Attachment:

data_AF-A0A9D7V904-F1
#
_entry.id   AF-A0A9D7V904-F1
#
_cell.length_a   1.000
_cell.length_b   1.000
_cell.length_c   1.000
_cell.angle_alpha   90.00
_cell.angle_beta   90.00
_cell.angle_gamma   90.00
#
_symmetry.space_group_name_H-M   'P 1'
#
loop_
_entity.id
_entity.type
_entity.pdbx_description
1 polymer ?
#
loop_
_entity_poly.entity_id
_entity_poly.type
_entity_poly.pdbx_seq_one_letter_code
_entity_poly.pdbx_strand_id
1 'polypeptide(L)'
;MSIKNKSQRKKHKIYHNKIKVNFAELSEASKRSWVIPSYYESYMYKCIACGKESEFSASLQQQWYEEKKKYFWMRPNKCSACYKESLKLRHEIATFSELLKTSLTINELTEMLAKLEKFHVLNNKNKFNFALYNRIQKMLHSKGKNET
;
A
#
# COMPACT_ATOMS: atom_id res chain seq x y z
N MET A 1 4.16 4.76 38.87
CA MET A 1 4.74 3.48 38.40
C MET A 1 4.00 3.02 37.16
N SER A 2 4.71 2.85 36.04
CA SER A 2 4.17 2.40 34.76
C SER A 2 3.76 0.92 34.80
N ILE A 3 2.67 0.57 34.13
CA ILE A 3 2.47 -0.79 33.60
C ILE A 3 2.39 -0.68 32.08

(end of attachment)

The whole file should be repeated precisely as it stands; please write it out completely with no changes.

data_AF-A0A9D7V904-F1
#
_entry.id   AF-A0A9D7V904-F1
#
_cell.length_a   1.000
_cell.length_b   1.000
_cell.length_c   1.000
_cell.angle_alpha   90.00
_cell.angle_beta   90.00
_cell.angle_gamma   90.00
#
_symmetry.space_group_name_H-M   'P 1'
#
loop_
_entity.id
_entity.type
_entity.pdbx_description
1 polymer ?
#
loop_
_entity_poly.entity_id
_entity_poly.type
_entity_poly.pdbx_seq_one_letter_code
_entity_poly.pdbx_strand_id
1 'polypeptide(L)'
;MSIKNKSQRKKHKIYHNKIKVNFAELSEASKRSWVIPSYYESYMYKCIACGKESEFSASLQQQWYEEKKKYFWMRPNKCSACYKESLKLRHEIATFSELLKTSLTINELTEMLAKLEKFHVLNNKNKFNFALYNRIQKMLHSKGKNET
;
A
#
# COMPACT_ATOMS: atom_id res chain seq x y z
N MET A 1 4.16 4.76 38.87
CA MET A 1 4.74 3.48 38.40
C MET A 1 4.00 3.02 37.16
N SER A 2 4.71 2.85 36.04
CA SER A 2 4.17 2.40 34.76
C SER A 2 3.76 0.92 34.80
N ILE A 3 2.67 0.57 34.13
CA ILE A 3 2.47 -0.79 33.60
C ILE A 3 2.39 -0.68 32.08